2013 Volume 4 Issue 1 Pages 9-15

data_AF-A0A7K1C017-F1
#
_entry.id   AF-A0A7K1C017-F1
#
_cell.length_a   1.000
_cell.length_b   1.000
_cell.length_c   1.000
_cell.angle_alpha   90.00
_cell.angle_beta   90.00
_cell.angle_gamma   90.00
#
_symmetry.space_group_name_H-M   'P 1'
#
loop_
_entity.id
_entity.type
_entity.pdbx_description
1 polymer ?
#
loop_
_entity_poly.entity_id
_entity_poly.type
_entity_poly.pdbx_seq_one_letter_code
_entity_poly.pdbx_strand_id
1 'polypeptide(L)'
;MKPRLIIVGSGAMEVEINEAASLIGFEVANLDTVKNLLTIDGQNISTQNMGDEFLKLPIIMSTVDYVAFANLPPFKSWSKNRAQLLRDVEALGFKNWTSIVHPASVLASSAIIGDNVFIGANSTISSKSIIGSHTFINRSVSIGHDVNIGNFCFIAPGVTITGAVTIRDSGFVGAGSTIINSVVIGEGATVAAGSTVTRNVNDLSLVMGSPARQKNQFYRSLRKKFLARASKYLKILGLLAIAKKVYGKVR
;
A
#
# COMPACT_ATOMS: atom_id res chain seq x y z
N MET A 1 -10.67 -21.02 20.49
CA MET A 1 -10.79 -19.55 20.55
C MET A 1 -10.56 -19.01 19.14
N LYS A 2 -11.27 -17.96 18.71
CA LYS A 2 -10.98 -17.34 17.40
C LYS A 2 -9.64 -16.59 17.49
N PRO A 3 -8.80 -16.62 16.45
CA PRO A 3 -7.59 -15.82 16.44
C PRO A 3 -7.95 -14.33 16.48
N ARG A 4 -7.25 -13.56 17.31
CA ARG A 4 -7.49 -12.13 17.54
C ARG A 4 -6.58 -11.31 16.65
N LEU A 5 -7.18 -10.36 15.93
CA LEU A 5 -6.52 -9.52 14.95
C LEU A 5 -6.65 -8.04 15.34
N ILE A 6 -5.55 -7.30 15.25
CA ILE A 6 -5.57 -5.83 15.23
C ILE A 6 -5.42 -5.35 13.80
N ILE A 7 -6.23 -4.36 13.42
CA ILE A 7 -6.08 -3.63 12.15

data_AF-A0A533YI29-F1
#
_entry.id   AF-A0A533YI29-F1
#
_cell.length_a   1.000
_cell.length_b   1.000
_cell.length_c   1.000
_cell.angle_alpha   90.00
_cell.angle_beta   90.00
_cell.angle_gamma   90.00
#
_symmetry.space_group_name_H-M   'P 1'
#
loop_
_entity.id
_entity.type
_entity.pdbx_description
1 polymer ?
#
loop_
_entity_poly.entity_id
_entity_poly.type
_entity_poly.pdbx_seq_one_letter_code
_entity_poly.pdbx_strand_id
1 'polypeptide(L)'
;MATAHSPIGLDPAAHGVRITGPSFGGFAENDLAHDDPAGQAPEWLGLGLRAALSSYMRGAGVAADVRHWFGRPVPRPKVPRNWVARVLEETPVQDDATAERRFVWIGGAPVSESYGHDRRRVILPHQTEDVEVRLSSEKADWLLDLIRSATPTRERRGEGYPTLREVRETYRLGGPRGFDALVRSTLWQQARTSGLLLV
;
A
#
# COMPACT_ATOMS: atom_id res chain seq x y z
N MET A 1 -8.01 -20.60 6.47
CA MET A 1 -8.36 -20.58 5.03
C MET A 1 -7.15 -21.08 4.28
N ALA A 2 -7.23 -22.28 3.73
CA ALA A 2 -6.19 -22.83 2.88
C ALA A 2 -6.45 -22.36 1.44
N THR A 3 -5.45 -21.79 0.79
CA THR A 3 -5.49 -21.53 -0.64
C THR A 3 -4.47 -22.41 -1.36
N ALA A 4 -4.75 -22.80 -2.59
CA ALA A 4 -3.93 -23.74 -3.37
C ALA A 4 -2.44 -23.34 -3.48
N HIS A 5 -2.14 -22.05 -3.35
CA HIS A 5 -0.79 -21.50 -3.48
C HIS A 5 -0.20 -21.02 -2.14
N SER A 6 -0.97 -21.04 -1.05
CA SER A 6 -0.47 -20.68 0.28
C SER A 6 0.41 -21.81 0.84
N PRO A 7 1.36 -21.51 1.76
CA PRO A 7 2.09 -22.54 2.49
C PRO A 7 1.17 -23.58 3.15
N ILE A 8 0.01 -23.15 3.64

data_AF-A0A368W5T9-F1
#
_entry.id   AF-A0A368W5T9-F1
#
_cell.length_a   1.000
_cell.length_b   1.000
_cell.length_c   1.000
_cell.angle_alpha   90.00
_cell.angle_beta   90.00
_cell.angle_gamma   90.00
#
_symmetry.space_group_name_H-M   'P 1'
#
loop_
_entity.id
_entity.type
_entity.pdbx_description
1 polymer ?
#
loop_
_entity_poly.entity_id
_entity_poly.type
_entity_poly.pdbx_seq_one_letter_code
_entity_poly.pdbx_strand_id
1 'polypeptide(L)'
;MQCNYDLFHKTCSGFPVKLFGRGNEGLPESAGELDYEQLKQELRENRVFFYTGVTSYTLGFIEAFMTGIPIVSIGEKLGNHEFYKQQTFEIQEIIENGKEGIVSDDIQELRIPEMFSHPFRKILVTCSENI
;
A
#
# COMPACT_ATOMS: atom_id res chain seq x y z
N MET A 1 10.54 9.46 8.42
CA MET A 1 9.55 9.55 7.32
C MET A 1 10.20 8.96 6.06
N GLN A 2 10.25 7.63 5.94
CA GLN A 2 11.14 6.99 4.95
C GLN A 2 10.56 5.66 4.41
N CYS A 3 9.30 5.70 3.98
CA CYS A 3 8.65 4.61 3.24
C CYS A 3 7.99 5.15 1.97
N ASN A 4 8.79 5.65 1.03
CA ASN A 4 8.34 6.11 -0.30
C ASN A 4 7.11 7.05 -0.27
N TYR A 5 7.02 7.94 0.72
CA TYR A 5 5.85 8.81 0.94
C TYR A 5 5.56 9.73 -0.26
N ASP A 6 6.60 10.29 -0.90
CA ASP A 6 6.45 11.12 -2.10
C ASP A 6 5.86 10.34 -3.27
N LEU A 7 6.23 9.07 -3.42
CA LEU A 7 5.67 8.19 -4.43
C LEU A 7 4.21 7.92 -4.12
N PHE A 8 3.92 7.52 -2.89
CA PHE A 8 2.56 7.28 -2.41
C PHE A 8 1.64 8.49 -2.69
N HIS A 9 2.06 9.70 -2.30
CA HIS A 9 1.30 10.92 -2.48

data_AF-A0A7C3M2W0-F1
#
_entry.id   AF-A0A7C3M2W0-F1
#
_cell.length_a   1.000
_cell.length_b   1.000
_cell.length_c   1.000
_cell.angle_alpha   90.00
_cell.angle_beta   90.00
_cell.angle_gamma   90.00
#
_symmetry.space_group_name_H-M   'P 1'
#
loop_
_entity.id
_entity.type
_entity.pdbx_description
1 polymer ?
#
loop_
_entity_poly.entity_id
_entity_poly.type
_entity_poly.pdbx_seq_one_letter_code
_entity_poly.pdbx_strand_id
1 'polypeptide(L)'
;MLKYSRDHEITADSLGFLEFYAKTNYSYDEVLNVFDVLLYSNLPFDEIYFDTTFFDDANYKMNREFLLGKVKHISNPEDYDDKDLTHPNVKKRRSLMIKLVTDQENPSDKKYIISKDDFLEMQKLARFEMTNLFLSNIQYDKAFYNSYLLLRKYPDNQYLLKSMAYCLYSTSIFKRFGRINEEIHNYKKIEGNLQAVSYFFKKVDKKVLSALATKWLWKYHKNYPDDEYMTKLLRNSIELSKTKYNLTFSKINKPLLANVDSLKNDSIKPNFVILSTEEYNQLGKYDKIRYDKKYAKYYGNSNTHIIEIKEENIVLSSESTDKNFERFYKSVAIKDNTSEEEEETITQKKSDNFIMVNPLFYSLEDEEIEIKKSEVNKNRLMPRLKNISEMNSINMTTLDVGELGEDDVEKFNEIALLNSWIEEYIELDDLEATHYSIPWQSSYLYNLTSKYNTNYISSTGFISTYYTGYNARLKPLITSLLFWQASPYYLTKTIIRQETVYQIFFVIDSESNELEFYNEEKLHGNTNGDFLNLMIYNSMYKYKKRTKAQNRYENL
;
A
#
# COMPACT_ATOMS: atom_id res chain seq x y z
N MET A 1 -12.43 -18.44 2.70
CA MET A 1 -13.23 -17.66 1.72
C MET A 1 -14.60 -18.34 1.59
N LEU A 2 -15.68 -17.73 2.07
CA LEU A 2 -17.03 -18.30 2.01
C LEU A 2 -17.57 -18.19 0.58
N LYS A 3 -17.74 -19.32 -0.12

Leg and foot are known as regions with relatively poor blood circulation. Diabetic foot ulcers have complex causes and are difficult to heal. Because recovery from a diabetic foot ulcer is thought to be very difficult, amputation below or above the knee is sometimes selected. The main etiologies of diabetic foot ulcer are divided into three categories : neuropathic (45%), neuroischemic (24%), and ischemic ulcers (16%). Finding the main etiology of a diabetic ulcer is very important and the first thing to be done before treatment. When the foot ulcer is due to ischemia, the obstructed portion in the artery should be found. Revascularization by surgical bypass procedure or percutaneous transluminal angioplasty can be performed for good healing of the ulcer. When the patient has a neuropathic DM ulcer that does not show significant arterial disease, free flap transfer after debridement can be performed using side-to-end or flow-through arterial anastomosis to avoid amputation of the limb. Microsurgical flap transplantation was useful for minimum amputation of diabetic foot in our experience. Postoperatively, attention has to be paid to neuropathy in these patients because the causes of their foot ulcers include sensory and motor disturbances.